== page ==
4500 Sentences, but English > Japanese


#1

Does anybody know of a resource that’s like Tofugu’s 4500 sentences, but for English to Japanese?

I enjoy practicing from material I didn’t create, since it usually means more variety and unexpected contents/structures. Plus, I really like having small, manageable chunks to work on.

If nothing useful exists, should we start collecting sentences here?


[Audio] EN->JP sentences based on grammar level
#2

For now, I would recommend glossika.com It seems to be paid, though.


#3

Thanks for sharing! Not quite what I’m looking for, but it’s great to have something new to reference.

Also, why would you recommend glossika? What have you found to be most useful?


#4

I just tried one session of Japanese with glossika and most translations were kinda approximative. One sentence had the voice and the text differ. (The voice said 処方せん but the text read 処方薬).

I don’t know about quality in other languages, but this is not very trust-inspiring.


#5

That’s cause no one knows the insanity of this kanji, 箋

Anyway, I’m confused, the Tofugu sentences don’t have English translations. So do you just want 4500 English sentences?


#6

Yes, exactly. I know it might sound a little weird. Of course, you could just translate whatever material you come across, but what I’m looking for is a curated list that would present opportunities/challenges to apply correct grammatical constructions, vocabulary, kanji, etc.

Anyway, it probably doesn’t exist, but I think it’s useful to go in both directions. JA>EN is for comprehension, but EN>JA would challenge your ability to express some idea or meaning in a natural way.


#7

Well, I don’t think the stuff in the 4500 sentences are curated that specifically. Really your best bet is simply take something like ALC, The Corpus of Contemporary Balanced Japanese or something else like that, and then just only look at the English side.

Also I think it’s much better to have some kind of “answer” or one possible answer to look at because otherwise you run the risk of writing 4500 wrong sentences and not having a single idea that any of it was wrong. That’s how you get something like Tanaka which is full of garbage sentences.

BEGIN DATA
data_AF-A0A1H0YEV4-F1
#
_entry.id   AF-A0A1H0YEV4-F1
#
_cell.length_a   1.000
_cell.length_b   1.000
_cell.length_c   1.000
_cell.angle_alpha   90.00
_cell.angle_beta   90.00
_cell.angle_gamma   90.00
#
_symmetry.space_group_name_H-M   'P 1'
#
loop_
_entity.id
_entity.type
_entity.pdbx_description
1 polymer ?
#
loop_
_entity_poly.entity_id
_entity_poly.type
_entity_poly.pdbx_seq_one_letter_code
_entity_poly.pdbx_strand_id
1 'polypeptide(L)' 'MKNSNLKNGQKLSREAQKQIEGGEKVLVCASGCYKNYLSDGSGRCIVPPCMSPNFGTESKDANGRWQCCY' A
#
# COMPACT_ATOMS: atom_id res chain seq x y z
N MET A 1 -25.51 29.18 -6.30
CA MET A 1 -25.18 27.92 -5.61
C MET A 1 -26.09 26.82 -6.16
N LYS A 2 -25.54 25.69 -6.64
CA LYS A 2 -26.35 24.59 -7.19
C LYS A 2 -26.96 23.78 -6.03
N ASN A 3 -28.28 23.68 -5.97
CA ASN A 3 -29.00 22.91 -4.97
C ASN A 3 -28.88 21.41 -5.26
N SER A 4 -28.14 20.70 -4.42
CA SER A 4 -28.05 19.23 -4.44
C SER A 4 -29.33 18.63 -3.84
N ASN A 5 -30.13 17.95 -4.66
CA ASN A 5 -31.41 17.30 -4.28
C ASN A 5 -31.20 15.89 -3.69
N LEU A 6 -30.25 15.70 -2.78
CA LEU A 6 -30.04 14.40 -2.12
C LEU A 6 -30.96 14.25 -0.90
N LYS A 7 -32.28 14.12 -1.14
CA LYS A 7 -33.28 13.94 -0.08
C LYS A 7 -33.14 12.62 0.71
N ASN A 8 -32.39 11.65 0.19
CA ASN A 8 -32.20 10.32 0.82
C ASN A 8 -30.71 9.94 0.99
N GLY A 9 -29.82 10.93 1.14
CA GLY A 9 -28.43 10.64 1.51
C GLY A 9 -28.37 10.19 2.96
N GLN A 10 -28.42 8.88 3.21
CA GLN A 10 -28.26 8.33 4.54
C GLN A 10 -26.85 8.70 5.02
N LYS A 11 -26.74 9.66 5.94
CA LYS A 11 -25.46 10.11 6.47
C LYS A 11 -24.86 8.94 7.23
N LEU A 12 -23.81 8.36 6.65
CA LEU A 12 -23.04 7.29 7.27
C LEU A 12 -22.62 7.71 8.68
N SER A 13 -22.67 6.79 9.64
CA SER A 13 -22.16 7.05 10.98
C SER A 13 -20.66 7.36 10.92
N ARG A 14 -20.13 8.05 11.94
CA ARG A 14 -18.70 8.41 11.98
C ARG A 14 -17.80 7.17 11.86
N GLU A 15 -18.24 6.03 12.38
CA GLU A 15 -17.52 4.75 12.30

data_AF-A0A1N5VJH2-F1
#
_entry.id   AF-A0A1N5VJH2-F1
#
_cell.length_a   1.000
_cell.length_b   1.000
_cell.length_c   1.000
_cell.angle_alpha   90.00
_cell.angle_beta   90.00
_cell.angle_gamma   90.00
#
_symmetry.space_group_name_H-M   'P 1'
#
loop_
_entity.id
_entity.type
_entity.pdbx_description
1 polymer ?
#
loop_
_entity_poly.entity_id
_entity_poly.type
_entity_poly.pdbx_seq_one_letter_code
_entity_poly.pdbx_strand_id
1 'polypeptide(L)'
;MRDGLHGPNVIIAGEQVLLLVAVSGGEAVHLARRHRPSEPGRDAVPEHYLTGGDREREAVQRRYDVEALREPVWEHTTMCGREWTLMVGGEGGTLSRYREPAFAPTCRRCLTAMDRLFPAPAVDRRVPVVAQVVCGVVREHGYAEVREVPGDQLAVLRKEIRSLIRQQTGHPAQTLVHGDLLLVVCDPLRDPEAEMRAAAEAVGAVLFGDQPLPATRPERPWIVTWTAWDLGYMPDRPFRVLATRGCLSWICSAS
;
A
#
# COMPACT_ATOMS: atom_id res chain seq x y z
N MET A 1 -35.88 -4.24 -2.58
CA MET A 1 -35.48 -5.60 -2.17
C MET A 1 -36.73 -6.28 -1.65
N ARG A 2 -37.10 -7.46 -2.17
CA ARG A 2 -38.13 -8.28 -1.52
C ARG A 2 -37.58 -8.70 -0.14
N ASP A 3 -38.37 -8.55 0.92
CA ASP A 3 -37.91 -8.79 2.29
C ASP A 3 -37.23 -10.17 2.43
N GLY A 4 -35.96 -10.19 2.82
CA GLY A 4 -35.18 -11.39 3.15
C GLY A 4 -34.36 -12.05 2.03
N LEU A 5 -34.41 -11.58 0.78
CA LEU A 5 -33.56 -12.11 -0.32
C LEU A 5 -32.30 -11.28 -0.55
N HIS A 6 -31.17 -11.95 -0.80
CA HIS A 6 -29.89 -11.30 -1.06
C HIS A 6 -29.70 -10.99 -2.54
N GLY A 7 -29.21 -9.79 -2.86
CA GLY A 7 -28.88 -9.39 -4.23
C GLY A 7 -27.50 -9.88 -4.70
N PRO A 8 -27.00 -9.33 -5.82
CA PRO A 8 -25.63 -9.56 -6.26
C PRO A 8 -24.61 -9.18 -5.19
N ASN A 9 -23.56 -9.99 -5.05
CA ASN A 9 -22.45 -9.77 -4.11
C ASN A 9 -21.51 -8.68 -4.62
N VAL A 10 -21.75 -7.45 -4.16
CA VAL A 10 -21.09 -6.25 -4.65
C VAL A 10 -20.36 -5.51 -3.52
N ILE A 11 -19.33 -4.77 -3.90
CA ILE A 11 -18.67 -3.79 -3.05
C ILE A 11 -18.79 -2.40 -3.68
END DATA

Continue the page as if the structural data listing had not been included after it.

What I’d really suggest is conversations. That’s how you really learn how to express yourself and if it doesn’t make sense or you didn’t get your thought through, the conversation comes to a grinding halt.


#8

As syphus just said as I was typing this, its best to have some kind of answer.

If you are purely looking for english sentences without any already existing japanese translation, just try translating passages from a short story or something. Afterwards, send it to someone on hello talk or something and ask if the story/part of a story made sense.


#9

Make sure the native you are talking to is comfortable correcting you, though. Some japanese are too damn nice/non-confrontational to correct you and will just nod lol. That will achieve the opposite effect.


#10

Yes that too. That happens in both ways as well, if they don’t understand your English, they’ll just nod.


#11

But… no one could read 薬 as 「せん」 so I really don’t understand why the voice made that mistake. Also, how comes no one corrected that already? And how many such mistakes remain in the 99.9% of sentences I haven’t seen?
Not that I really care about knowing the answers to those questions.


#12

Yea I don’t know either. My main guess without seeing or knowing anything about the site is someone just deleted the wrong part of 処方箋医薬品 when writing it.


#13

Yeah, I go to a meetup every Monday, lessons with my tutor on Wednesdays, and I chat with my friends on Line and what not. But still, just curious if there was a resource folks knew about. Seems like there’s not, but I’ll check out ALC. Thank you.


#14

Yeah, if it’s dialogue-heavy that might be good. The problem with translating literature is that you often need to re-write it quite a bit for it to make sense and convey the meaning. Reading English translations of short stories or novels after reading the original Japanese I often think, “whoa, this sentence is completely different.” But yeah, I should probably just start grabbing some content here and there and working on it. Thank you for the suggestions.


#15

If you ignore the Audio, it would actually be EN->JP sentence flashcards.

I use Glossika to help chase the Audio Cheetah, that is, improving my sentence and vocab parser.

Speaking of which, reading a light novel is also another kind of Cheetah, the eye-gaze-speed Cheetah. I need to improve on that as well.


#16

A good EN->JP, focusing on Japanese learning might be hard to find a good source. As I always use プログレッシブ和英中辞典 for JE, my guess is a Japanese people-used EJ dictionary ランダムハウス英和大辞典 might be a good source.


#17

Another one worth mentioning for sentences, focusing on Grammar, would be JLPT Grammar from Jtest4you, if you can work out Anki, of course.


#18

You could get a parallel-text book and work backwards? Translate the EN text into JA, and then verify against their version.


#19

I have found more than one bad translations too. One to share would be